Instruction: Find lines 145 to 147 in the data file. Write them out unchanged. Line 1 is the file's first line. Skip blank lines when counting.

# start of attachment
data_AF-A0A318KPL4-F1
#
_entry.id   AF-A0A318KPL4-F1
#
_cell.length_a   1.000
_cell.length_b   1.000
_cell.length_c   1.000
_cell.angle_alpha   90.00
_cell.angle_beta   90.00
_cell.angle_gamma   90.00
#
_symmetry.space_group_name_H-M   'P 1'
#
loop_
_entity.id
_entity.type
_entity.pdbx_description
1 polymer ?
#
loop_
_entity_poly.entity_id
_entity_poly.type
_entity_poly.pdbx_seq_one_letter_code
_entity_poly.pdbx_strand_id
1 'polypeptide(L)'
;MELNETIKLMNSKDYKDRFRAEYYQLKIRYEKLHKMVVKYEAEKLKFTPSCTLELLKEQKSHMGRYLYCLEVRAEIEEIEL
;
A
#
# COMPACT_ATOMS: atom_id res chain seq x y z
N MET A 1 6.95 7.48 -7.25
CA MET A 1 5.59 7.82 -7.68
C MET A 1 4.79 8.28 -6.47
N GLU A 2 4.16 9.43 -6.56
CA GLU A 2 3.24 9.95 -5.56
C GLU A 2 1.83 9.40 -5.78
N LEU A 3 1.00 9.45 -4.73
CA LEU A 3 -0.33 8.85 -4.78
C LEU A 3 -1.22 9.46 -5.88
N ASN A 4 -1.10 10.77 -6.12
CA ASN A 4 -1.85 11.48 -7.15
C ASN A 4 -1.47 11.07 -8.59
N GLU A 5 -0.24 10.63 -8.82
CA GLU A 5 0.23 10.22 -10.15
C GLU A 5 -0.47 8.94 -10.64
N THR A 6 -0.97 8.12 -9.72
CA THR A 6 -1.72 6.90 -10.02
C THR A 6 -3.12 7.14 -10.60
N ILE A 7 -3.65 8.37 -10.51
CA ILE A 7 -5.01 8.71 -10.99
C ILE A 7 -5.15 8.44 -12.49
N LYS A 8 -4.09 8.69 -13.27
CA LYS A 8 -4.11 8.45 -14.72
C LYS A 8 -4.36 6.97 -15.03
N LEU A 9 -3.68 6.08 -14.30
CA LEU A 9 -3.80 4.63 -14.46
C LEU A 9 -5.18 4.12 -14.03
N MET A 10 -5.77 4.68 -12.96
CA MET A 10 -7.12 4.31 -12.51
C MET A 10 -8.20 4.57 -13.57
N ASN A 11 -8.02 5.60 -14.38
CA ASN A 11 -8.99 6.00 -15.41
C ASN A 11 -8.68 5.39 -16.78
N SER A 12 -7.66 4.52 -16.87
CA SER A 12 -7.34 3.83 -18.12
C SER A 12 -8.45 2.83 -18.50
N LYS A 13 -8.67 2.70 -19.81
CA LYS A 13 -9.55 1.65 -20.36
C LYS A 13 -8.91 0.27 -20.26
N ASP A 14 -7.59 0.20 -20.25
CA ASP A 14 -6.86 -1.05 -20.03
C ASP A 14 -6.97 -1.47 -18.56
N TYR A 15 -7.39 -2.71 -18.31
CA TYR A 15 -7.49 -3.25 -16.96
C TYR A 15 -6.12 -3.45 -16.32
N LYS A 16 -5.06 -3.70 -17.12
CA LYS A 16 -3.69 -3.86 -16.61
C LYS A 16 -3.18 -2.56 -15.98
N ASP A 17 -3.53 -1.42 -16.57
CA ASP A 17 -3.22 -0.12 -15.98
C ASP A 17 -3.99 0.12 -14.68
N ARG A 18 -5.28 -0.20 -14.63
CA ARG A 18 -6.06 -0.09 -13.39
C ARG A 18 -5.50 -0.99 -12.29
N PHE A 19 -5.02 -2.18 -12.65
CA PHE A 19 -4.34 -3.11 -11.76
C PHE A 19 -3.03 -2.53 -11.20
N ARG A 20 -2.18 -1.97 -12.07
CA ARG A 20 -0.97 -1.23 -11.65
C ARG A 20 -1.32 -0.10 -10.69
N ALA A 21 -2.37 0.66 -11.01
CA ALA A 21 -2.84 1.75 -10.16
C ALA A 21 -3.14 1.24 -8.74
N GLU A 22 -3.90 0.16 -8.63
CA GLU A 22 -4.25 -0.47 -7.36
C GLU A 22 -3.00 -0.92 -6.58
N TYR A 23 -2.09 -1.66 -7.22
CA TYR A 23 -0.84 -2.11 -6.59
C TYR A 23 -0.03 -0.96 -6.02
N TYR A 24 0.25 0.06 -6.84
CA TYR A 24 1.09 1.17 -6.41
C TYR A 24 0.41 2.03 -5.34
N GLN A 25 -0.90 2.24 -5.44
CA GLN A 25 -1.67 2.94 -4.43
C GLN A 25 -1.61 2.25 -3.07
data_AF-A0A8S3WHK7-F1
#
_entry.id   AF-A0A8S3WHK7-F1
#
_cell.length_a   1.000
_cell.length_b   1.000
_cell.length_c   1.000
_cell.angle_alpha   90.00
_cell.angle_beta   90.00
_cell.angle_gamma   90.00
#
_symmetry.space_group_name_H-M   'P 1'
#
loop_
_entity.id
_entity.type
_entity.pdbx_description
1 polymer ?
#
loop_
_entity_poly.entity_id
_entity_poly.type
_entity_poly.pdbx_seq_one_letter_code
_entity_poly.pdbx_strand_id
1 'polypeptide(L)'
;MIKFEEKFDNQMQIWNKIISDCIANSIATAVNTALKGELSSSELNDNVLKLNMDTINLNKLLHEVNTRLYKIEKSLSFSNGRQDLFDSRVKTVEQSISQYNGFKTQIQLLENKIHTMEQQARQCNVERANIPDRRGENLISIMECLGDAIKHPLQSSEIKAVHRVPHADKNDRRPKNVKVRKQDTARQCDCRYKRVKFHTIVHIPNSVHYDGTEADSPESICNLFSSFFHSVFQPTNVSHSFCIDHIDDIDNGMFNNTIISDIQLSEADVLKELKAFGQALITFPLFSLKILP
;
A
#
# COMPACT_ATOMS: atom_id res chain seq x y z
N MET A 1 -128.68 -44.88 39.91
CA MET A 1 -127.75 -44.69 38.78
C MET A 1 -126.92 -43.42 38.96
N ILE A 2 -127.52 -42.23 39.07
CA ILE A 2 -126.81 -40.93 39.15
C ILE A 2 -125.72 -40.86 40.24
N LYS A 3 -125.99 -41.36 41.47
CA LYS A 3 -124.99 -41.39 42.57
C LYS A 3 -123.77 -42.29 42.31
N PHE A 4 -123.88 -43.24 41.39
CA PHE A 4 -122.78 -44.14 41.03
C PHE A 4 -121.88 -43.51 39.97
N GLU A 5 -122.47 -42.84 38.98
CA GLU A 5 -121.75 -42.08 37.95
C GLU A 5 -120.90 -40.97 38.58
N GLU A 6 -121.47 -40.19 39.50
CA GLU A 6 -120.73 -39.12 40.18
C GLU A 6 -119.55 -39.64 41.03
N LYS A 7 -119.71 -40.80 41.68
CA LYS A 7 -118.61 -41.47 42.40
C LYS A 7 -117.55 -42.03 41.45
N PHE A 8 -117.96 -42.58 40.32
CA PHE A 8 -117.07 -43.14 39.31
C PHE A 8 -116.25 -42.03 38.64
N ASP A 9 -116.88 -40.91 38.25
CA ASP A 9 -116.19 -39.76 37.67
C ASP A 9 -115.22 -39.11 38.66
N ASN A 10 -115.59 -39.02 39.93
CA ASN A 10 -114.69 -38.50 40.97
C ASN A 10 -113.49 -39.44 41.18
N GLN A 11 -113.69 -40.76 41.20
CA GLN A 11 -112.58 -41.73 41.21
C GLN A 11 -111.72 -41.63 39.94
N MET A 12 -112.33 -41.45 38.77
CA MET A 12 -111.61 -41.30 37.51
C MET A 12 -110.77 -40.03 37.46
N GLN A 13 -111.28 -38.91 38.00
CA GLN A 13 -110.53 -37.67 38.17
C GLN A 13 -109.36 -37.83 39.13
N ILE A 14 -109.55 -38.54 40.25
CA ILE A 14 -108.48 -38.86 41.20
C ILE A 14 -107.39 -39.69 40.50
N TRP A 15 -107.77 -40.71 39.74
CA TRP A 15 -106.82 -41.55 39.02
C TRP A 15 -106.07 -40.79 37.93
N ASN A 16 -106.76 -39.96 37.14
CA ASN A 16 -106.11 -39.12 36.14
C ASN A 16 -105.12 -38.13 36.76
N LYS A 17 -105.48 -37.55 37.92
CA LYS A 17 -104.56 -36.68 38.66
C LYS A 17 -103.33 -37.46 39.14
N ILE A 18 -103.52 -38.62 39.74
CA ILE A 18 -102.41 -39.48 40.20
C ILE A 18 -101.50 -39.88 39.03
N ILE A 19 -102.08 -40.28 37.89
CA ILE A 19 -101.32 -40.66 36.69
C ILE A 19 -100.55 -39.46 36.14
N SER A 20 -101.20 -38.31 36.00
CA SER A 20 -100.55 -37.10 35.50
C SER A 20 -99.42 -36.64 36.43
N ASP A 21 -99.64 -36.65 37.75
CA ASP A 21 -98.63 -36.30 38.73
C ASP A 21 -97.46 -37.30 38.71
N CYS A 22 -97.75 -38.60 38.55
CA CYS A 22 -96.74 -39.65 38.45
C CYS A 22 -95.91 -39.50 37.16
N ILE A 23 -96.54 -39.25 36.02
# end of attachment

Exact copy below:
N PHE A 4 -123.88 -43.24 41.39
CA PHE A 4 -122.78 -44.14 41.03
C PHE A 4 -121.88 -43.51 39.97